March 30th, 2006



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Still of Jodelle Ferland in TidelandStill of Jodelle Ferland in TidelandStill of Jodelle Ferland in TidelandStill of Jeff Bridges in TidelandJodelle Ferland in Tideland

A lonely girl gets trapped in an eerie fantasy world after her irresponsible parents die.

Release Year: 2005

Rating: 6.5/10 (16,396 voted)

Critic's Score: 26/100

Director: Terry Gilliam

Stars: Jeff Bridges, Jennifer Tilly, Jodelle Ferland

Pre-teen Jeliza-Rose's parents are hopeless drug addicts. When pa, rocker Noah, finds ma OD's, he fears to be charged of homicide and takes her along to his ma's place, in a desolate country region. With Noah passed out, the girl mentally transfers to a fantasy worlds she and her doll heads enter magically. In its adventures she also stars the crazy locals, notably Dell, her domineering hag ma and adult, but retarded brother Dickens.

Writers: Tony Grisoni, Terry Gilliam

Jodelle Ferland - Jeliza-Rose / Sateen Lips / Glitter Gal / Mustique / Baby Blonde
Janet McTeer - Dell
Brendan Fletcher - Dickens
Jennifer Tilly - Queen Gunhilda
Jeff Bridges - Noah
Dylan Taylor - Patrick
Wendy Anderson - Woman / Squirrel
Sally Crooks - Dell's Mother

Taglines: The squirrels made it seem less lonely


Official Website: Bac Films [France] | Recorded Picture Company |

Release Date: 30 March 2006

Filming Locations: Canada Saskatchewan Production Studios, Regina, Saskatchewan, Canada

Box Office Details

Budget: $19,300,000 (estimated)

Opening Weekend: $7,276 (USA) (15 October 2006) (1 Screen)

Gross: $197,659 (Worldwide) (15 April 2007)

Technical Specs


Did You Know?

In promotion for the opening weekend of this film, Director Terry Gilliam crashed the ticket line for The Daily Show with Jon Stewart. He signed autographs, told jokes, and took photos with fans, holding a sign proclaiming (in jest): "Studio-less Film Maker, Family to Support, Will Direct for Food". He is quoted as saying: "This is the state of independent film making. You got to get out on the street and beg again." "We have no shame anymore, just out on the streets hustling." "The first weekend is everything, if it doesn't do well the first weekend, it dies."

Jeliza-Rose: Squirrel butts don't glow.

User Review

The Age Of Unreason, Or...Why Terry Gilliam Can't Catch A Break

Rating: 10/10

Poor Terry Gilliam. The visionary director just can't catch a break. Blessed with one of the most fertile imaginations in modern cinema, equally renowned as an animator, filmmaker, and iconoclast, he has made a handful of highly original, single-minded films, most of which are now considered classics (although it tends to take a few years before critical revisionism regards his work as such; I bet few recall The Adventures of Baron Munchhausen was first considered a costly bomb on par with Heaven's Gate). But of late he has had to suffer a critical beating for his mainstream-designed The Brothers Grimm, not to mention the well-documented collapse of The Man Who Killed Don Quixote (why does the word schadenfreude come to mind?), and more often than not he is regarded as somewhat of a brilliant madman with integrity to burn, willing to battle Hollywood at any cost to keep his visions intact.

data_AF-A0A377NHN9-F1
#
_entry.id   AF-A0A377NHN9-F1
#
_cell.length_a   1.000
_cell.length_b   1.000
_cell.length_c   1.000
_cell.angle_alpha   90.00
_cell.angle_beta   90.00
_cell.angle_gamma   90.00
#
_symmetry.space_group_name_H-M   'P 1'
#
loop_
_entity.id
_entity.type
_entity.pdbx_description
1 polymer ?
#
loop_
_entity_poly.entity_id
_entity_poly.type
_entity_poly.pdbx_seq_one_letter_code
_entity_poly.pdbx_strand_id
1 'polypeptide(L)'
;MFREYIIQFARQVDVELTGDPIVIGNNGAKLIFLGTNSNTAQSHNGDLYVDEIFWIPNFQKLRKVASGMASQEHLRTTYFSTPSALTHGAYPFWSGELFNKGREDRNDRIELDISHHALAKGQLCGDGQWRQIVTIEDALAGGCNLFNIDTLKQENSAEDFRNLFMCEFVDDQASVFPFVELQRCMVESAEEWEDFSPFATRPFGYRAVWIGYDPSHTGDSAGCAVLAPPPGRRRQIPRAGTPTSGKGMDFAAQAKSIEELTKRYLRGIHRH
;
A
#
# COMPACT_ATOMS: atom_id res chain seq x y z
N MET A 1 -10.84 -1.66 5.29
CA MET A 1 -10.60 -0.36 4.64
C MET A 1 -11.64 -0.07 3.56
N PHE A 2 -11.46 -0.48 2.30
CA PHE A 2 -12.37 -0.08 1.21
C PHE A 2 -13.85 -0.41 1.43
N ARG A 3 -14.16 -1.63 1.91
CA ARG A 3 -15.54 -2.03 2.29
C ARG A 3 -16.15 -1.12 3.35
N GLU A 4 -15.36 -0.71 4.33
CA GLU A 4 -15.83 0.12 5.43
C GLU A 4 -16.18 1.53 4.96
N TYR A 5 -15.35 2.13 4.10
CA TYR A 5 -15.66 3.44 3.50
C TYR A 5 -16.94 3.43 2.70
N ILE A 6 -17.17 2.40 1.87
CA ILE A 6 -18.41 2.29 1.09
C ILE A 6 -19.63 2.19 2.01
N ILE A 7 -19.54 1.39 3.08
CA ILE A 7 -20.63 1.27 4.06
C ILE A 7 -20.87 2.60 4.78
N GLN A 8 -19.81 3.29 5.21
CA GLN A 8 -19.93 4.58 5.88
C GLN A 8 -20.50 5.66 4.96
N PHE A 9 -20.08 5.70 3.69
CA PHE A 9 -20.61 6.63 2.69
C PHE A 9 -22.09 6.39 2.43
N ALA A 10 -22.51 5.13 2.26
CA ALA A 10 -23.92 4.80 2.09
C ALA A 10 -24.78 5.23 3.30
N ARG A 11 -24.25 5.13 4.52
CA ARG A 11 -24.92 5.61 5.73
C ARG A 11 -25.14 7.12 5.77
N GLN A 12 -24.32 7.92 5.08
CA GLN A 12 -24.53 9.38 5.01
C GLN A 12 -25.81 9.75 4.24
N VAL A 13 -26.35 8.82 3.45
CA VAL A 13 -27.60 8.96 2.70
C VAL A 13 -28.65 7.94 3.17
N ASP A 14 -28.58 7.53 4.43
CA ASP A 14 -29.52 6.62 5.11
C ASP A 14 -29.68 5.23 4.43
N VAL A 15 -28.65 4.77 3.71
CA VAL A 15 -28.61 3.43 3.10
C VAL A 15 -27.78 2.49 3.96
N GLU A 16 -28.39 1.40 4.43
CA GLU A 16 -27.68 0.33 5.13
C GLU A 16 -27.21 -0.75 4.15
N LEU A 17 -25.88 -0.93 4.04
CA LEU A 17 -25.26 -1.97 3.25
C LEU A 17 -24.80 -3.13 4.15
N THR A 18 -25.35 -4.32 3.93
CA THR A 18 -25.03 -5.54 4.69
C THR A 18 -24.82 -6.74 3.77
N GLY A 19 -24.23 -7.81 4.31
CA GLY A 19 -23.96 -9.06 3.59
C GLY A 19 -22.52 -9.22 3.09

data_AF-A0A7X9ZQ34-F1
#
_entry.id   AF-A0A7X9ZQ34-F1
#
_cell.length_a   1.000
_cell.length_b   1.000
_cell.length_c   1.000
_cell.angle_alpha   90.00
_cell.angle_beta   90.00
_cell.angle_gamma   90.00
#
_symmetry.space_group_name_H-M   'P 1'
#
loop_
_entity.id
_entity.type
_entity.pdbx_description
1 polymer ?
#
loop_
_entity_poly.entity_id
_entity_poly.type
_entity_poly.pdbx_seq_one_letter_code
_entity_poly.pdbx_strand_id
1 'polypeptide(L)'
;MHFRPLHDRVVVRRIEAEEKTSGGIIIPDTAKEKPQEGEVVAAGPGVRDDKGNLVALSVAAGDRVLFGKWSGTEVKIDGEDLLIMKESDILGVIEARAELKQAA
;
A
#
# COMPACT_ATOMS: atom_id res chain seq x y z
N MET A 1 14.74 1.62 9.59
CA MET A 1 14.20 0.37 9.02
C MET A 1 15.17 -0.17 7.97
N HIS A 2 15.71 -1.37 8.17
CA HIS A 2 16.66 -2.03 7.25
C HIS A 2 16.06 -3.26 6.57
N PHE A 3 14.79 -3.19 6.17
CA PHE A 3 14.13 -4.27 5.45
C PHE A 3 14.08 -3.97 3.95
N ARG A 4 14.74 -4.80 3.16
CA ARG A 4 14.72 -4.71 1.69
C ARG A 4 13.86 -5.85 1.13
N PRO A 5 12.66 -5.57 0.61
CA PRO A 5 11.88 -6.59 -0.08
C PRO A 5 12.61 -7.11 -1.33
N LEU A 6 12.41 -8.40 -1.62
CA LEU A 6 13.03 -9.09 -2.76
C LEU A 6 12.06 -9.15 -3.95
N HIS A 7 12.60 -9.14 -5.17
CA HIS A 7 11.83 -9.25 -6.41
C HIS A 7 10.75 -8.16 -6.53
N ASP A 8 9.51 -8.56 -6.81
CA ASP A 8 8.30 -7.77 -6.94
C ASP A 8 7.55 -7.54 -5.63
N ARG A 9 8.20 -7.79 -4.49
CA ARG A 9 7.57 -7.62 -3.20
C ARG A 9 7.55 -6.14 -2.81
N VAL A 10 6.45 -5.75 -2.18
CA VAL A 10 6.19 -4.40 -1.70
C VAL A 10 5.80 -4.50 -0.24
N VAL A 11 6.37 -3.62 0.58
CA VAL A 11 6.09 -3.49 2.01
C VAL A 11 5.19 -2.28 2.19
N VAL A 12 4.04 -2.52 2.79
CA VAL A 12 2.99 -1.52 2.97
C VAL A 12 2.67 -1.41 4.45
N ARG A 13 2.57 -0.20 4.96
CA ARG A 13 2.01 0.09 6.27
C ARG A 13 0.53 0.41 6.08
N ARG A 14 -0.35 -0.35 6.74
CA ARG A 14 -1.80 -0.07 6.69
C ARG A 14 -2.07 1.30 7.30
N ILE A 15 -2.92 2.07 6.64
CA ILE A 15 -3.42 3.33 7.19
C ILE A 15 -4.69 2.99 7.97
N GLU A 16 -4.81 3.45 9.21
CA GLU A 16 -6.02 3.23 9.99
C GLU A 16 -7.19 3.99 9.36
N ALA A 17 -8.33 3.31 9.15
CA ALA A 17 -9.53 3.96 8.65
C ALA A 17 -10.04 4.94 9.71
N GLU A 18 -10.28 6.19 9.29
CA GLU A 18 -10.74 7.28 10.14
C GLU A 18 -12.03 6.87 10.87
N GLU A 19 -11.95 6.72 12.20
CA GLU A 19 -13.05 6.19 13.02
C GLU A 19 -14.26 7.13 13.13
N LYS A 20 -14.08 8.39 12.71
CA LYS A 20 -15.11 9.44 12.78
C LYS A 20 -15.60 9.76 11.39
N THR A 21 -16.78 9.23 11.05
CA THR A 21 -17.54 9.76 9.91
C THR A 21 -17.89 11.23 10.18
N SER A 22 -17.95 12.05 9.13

Now comes his adaptation of Mitch Cullin's Tideland, a category defying film that is at turns poetic, disgusting, absurd, and darkly funny (think the languid pacing of Spirit of the Beehive, the fever dream of Alice in Wonderland, the wry insanity Psycho, and a large dose of Terence Malik gone insane). In many ways, this is the purest Gilliam film since Brazil (a film that also borrowed liberally from other sources while maintaining its own originality), and hearkens back to the days when auteurs were not only allowed to follow their wildest muse but were expected to do so. And that, too, presents what will no doubt be Tideland's greatest failing, as well as its highest achievement. Cinema has become so cynical in the last twenty years - so narrow in scope and so entertainment driven - that anything which requires viewers to experience a motion picture on its own terms is usually greeted with scorn. These would be very tough times, indeed, for the likes of a young Fellini, Kubrick, and Lynch. That's not to say Tideland is a perfectly misunderstood creation, although it should be pointed out that those who are screaming foul about this film being pointless, self indulgent, and too weird are likely the very same people who ridiculed Grimm for being unoriginal, mainstream, and plain. Yes, there were walkouts at its screenings, gasps of shock, even angry grumbling. There were also laughs, applause, and continued debates concerning what the film was really about (how often does that occur these days after a screening?).

In the end, Tideland will likely please a select group who prefer to experience cinema rather than opposing it with their own expectations (there were those who were still talking about it two days following its premiere, even when they hated it). But for those who are anxiously wanting Time Bandits 2 or desire some degree of Pythonesque humor, Tideland will disturb, bore, and profoundly bother to the point of contempt. Nevertheless, it is a very unique and, at times, incredible film, infused with at least two amazing performances, beautiful photography, and one of the most enigmatic endings I've seen in ages.

Hate it or love it, few will be able to deny the lingering, ineffable vibrations left by this film, or that it stands as further proof that its director has stayed true to himself. Of course, prepare for the yin/yang laments to come in spades: Grimm would have been a better film had Gilliam been left to his own devices; Tideland would have been a better film had Gilliam not been left to his own devices. Poor Terry Gilliam; apparently he can do no right even when he does.


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